Syria's army suspended days of punishing attacks on the restive city of Homs and began withdrawing its tanks Tuesday just as Arab League monitors visited the area and met with local leaders, activists and officials said.
The British-based activist group Syrian Observatory for Human Rights said as the monitors visited Homs, at least 20,000 protesters gathered in some neighborhoods to "reveal the crimes committed by the regime."
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About 60 Arab monitors - the first Syria's regime has allowed in during its nine-month crackdown on an anti-government uprising - arrived Monday night and began work Tuesday. The withdrawal from Homs was the first tangible sign that President Bashar Assad was implementing the terms of the Arab League plan to halt attacks that overwhelmingly target unarmed, peaceful protesters. The monitors are supposed to ensure the government complies with the deal .
After signing on to the plan early last week, Assad's regime only appeared to be intensifying the crackdown, rather than easing up, and it was condemned internationally for flouting the agreement. On Monday, security forces killed at least 42 people, most of them in Homs.
Opposition activist Mohammed Saleh said the heavy bombardment of Homs stopped in the morning and tanks were seen pulling out. Another Homs-based activist said he saw armored vehicles leaving early on a highway leading to the city of Palmyra to the east. He asked that his name not be made public for fear of retribution.
"Today is calm, unlike pervious days," Saleh said. "The shelling went on for days, but yesterday was terrible."
The British-based Syrian Observatory for Human Rights said some army vehicles pulled out of Homs while other relocated in government compounds "where (they) can deploy again within five minutes."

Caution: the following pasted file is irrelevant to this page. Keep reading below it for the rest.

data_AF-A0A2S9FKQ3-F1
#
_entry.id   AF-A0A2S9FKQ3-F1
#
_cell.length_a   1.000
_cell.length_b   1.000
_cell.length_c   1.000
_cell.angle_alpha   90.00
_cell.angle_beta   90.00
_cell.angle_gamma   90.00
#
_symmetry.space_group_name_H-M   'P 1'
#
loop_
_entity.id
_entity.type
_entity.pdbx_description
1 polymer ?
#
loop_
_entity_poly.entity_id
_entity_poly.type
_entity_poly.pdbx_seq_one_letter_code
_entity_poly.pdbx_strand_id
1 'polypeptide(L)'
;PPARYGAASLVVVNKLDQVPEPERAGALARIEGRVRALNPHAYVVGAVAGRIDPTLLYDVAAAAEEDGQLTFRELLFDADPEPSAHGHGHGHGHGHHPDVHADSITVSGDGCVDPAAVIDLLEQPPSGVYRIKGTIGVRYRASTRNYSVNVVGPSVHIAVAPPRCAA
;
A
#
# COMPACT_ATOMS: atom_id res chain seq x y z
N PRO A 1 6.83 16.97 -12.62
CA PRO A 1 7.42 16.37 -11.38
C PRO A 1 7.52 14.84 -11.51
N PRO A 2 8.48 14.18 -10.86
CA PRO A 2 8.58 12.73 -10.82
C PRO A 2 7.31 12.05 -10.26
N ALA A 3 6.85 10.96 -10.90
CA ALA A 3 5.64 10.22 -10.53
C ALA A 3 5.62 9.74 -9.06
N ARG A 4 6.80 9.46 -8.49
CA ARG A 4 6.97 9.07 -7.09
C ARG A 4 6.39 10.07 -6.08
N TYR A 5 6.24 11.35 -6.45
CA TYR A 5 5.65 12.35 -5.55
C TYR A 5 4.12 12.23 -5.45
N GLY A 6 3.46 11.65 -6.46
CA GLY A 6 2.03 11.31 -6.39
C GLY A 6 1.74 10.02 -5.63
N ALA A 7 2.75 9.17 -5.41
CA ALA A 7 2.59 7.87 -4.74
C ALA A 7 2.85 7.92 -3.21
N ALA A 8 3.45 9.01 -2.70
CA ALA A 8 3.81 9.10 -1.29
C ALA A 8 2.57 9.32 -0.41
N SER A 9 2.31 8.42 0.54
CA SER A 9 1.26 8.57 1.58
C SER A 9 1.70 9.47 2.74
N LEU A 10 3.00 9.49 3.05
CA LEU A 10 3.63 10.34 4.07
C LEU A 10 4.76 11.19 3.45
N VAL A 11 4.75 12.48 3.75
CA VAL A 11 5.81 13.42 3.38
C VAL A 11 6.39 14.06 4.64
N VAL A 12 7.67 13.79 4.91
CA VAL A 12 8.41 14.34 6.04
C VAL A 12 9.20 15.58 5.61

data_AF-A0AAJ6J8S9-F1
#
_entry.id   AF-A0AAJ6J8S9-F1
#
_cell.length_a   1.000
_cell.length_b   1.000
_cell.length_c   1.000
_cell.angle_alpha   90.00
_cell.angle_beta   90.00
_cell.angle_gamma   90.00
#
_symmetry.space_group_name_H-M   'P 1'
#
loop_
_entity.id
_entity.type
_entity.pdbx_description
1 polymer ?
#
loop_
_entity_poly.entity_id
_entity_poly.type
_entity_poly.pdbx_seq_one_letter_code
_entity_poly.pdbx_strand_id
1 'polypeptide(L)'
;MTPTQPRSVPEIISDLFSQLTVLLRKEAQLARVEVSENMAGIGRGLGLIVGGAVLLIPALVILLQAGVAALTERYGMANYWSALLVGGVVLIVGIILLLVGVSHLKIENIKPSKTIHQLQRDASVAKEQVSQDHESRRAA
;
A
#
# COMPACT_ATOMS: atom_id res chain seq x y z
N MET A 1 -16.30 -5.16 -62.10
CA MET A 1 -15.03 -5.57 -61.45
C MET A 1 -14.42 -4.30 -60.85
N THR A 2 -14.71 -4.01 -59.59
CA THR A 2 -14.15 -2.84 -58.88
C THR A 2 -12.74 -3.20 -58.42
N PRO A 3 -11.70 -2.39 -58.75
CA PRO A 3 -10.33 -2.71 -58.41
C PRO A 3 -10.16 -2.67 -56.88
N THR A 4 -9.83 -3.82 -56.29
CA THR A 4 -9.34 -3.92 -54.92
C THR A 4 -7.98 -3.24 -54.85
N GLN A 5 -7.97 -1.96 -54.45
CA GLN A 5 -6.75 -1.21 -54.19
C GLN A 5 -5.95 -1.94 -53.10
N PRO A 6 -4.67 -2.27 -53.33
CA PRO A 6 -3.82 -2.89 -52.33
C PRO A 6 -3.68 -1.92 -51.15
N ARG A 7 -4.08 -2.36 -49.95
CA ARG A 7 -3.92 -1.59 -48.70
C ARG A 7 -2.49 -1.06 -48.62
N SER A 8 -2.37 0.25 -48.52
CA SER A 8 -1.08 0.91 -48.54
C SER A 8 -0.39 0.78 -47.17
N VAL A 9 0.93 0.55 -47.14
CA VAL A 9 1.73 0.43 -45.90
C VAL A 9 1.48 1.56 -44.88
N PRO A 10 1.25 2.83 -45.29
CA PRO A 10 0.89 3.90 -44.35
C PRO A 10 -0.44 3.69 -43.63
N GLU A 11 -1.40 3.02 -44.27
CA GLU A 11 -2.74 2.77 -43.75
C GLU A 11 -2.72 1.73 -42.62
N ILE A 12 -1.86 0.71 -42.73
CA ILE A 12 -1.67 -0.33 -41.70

A local official in Homs told The Associated Press that the team of monitors met with Ghassan Abdul-Aal, the governor of Homs province. After the meeting, the monitors headed to the tense districts of Baba Amr and Inshaat, which have witnessed the most intense crackdowns since Friday.
Military forces had pounded Homs with artillery for days.
Opposition slams Arab deal
Given the intensified crackdown, the opposition sees Syria's agreement to the Arab League plan as a farce, and some even accuse the League of complicity in the killings. Since Syria signed on to the deal on Dec. 19, activists said nearly 300 civilians have been killed. About 150 more died in clashes between army defectors and troops - most of them defectors.
Syria's conflict is becoming increasingly militarized with military defectors mounting armed resistance.
The Arab League plan demands the government remove its security forces and heavy weapons from city streets, start talks with opposition leaders and allow human rights workers and journalists into the country. Before Tuesday's redeployment of at least some tanks, there had been no sign that Assad was implementing any of the terms, much less letting up on his brutal crackdown.
Opponents of Assad doubt the Arab League can budge the autocratic leader at the head of one of the Middle East's most repressive regimes. Syria's top opposition leader Burhan Ghalioun called Sunday for the League to bring the UN Security Council into the effort. The UN says more than 5,000 people have been killed since March in the political violence.
In Cairo, an official at the Arab League's operations room said the Sudanese head of the mission to Syria, Gen. Mohamed Ahmed Mustafa al-Dabi, was leading the team of at least 12 observers to Homs. The official spoke on condition of anonymity because he was not authorized to speak to journalists.
Homs, Syria's third largest city, has a population of 800,000 and is at the epicenter of the revolt against Assad. It is about 100 miles (160 kilometers) north of the capital, Damascus. Many Syrians refer to Homs as the "Capital of the Revolution."
Also in Homs, the local official said that before dawn Tuesday, a bomb targeted a gas pipeline in the city, the third such attack within a month. The official, who spoke on condition of anonymity because he was not authorized to speak to the media, said the pipeline carries gas from fields east of Homs to a power station in the central province of Hama.
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